Medtech contract manufacturer Autocam Medical (Kentwood, Mich.) said that three new pieces of its manufacturing equipment have been installed in Western Michigan University’s (WMU) regional state-of-the-art advanced manufacturing partnership laboratory (AMP Lab).
The company is a partner in the AMP program, which focuses on encouraging and aiding the development of students pursuing careers in engineering and manufacturing. As part of an apprenticeship program, Autocam Medical sends workers to the university in Grand Rapids, Mich. to study computer numerical control (CNC) machining. Students who complete 728 hours of classroom instruction while maintaining a full work schedule receive their journeyman’s card in CNC machining and 27 college credits toward an associate’s degree.
Autocam Medical announced the installation of three new pieces of their manufacturing equipment in Western Michigan University’s regional Advanced Manufacturing Partnership Laboratory (AMP Lab). The lab has received a CNC 5 Axis Mill, a Swiss lathe and a 3D metal printer to help engineering students and current engineers and designers experience the high-tech devices needed to develop and test new products and prototypes.
In addition to hands-on use of equipment, students can also gain input from industry experts at the lab.
The AMP Lab is located on the bottom two floors of WMU’s building in Grand Rapids, with classrooms above and the equipment on the lower level. This allows passersby to see the machines from the sidewalk.
“This type of visibility will allow people to see manufacturing in process,” said John Kennedy IV, General Manager at Autocam Medical. “It will also help raise the profile of advanced manufacturing in downtown Grand Rapids and draw more people into skilled trade careers. Manufacturers are struggling to fill these positions with well-trained workers who can become productive immediately. The AMP Lab helps close that gap.”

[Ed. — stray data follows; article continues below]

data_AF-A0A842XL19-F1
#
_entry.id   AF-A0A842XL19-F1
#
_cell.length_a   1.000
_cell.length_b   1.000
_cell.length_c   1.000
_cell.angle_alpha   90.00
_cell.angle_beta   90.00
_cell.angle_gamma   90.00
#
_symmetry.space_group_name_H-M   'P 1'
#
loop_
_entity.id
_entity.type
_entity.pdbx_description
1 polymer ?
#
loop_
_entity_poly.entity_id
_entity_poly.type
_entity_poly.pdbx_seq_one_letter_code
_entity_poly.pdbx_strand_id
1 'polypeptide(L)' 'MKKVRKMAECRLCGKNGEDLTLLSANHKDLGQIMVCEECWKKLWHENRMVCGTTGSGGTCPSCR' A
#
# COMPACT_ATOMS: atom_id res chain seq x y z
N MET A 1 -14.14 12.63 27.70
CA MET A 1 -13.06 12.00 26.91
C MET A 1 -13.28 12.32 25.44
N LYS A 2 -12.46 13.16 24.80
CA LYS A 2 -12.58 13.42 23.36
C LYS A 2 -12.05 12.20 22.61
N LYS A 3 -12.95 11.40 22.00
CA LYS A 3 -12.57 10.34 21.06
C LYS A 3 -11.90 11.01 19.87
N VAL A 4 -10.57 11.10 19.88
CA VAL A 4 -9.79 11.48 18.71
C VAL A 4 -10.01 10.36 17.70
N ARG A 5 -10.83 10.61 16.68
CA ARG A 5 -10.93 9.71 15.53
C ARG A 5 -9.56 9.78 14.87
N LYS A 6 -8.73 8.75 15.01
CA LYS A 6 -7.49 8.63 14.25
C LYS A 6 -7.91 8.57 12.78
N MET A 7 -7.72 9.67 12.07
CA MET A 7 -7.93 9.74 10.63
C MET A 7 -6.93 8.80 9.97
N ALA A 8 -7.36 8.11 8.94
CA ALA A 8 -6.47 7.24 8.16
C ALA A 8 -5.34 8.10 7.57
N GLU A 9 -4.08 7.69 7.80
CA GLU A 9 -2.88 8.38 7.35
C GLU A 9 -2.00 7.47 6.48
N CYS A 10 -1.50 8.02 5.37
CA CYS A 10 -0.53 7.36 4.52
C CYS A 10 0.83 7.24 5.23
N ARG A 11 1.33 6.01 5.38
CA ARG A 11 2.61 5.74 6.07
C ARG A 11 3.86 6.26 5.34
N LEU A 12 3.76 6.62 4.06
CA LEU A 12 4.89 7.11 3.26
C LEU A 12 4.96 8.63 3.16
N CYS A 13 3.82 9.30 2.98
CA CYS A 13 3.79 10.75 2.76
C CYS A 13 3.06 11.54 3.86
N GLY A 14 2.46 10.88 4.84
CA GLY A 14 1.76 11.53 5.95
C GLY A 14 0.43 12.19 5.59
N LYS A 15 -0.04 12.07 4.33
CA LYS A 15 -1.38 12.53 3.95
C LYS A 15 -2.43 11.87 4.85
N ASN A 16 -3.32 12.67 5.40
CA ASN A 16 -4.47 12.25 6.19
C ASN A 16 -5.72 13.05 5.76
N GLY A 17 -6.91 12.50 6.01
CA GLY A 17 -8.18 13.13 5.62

Autocam Medical provides screws, plates, cutting tools, implants, instruments and handpieces to orthopedic and medical device companies. The company is a partner in the AMP program that seeks to build a skilled workforce by developing students to pursue careers in engineering and manufacturing. Autocam Medical also participates in a CNC Machinist Apprentice program. Students who complete 728 hours of classroom instruction while maintaining a full work schedule receive their journeyman’s card in CNC Machining and 27 college credits towards an associate’s degree.
Downtown Grand Rapids pedestrians soon will be given a window into advanced machining and robotics projects at a $3 million lab that opened last year.
Movers brought in several large pieces of equipment on Sept. 3 and 4 to the Advanced Manufacturing Partnership Lab at Western Michigan University, or AMP Lab @ WMU. The machines are so large the glass had to be removed from the lab’s street-level windows to lower them down to an open area that will serve as a makerspace for medical devices and possibly other types of products, with the equipment being run by expert technicians.
Western Michigan University’s regional state-of the-art manufacturing laboratory is receiving three new pieces of Autocam Medical manufacturing equipment this month to help build its prototyping capabilities.
The Advanced Manufacturing Partnership Laboratory, or the AMP Lab @ WMU, in downtown Grand Rapids, received its first machine, a CNC 5 Axis Mill that enables the machining of complex parts using a wide range of modular tools, on Sept. 3.
The CNC 5 weighs more than 20,000 pounds and required removal of one of the windows facing Cherry Street and two cranes in order to move into the building and to its final spot in the Showcase/Prototyping Lab.
Autocam Medical, a global contract manufacturer of precision surgical and medical components and devices, announced today that 13 adult students have graduated from their CNC Machinist Apprentice Program.